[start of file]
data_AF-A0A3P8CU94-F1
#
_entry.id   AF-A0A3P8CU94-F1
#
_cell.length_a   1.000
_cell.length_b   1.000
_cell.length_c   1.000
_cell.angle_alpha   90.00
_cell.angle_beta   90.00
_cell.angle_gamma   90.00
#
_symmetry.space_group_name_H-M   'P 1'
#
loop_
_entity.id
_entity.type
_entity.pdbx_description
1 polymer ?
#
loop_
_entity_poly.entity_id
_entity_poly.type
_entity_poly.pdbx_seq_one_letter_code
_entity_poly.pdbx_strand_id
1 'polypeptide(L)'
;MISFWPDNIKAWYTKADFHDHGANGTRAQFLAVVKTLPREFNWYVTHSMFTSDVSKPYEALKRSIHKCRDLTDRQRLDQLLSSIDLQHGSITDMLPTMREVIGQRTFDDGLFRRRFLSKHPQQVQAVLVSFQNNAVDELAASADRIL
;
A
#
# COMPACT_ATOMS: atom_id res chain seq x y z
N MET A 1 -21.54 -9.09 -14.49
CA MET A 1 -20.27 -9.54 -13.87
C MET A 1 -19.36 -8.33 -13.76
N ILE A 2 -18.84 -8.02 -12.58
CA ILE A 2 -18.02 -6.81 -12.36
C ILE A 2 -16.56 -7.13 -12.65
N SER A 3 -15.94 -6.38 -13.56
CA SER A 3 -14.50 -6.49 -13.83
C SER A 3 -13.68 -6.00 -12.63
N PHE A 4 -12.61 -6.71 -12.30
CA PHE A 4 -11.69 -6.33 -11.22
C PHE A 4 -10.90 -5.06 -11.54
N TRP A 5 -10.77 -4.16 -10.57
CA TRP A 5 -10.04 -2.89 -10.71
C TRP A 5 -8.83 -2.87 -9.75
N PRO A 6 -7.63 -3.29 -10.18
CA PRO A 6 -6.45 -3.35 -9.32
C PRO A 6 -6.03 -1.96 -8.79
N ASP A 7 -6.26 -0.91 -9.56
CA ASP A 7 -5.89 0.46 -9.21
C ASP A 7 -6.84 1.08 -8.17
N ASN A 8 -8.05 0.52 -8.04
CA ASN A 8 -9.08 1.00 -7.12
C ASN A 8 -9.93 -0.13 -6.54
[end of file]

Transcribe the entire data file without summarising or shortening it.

data_AF-A0A3P8CU94-F1
#
_entry.id   AF-A0A3P8CU94-F1
#
_cell.length_a   1.000
_cell.length_b   1.000
_cell.length_c   1.000
_cell.angle_alpha   90.00
_cell.angle_beta   90.00
_cell.angle_gamma   90.00
#
_symmetry.space_group_name_H-M   'P 1'
#
loop_
_entity.id
_entity.type
_entity.pdbx_description
1 polymer ?
#
loop_
_entity_poly.entity_id
_entity_poly.type
_entity_poly.pdbx_seq_one_letter_code
_entity_poly.pdbx_strand_id
1 'polypeptide(L)'
;MISFWPDNIKAWYTKADFHDHGANGTRAQFLAVVKTLPREFNWYVTHSMFTSDVSKPYEALKRSIHKCRDLTDRQRLDQLLSSIDLQHGSITDMLPTMREVIGQRTFDDGLFRRRFLSKHPQQVQAVLVSFQNNAVDELAASADRIL
;
A
#
# COMPACT_ATOMS: atom_id res chain seq x y z
N MET A 1 -21.54 -9.09 -14.49
CA MET A 1 -20.27 -9.54 -13.87
C MET A 1 -19.36 -8.33 -13.76
N ILE A 2 -18.84 -8.02 -12.58
CA ILE A 2 -18.02 -6.81 -12.36
C ILE A 2 -16.56 -7.13 -12.65
N SER A 3 -15.94 -6.38 -13.56
CA SER A 3 -14.50 -6.49 -13.83
C SER A 3 -13.68 -6.00 -12.63
N PHE A 4 -12.61 -6.71 -12.30
CA PHE A 4 -11.69 -6.33 -11.22
C PHE A 4 -10.90 -5.06 -11.54
N TRP A 5 -10.77 -4.16 -10.57
CA TRP A 5 -10.04 -2.89 -10.71
C TRP A 5 -8.83 -2.87 -9.75
N PRO A 6 -7.63 -3.29 -10.18
CA PRO A 6 -6.45 -3.35 -9.32
C PRO A 6 -6.03 -1.96 -8.79
N ASP A 7 -6.26 -0.91 -9.56
CA ASP A 7 -5.89 0.46 -9.21
C ASP A 7 -6.84 1.08 -8.17
N ASN A 8 -8.05 0.52 -8.04
CA ASN A 8 -9.08 1.00 -7.12
C ASN A 8 -9.93 -0.13 -6.54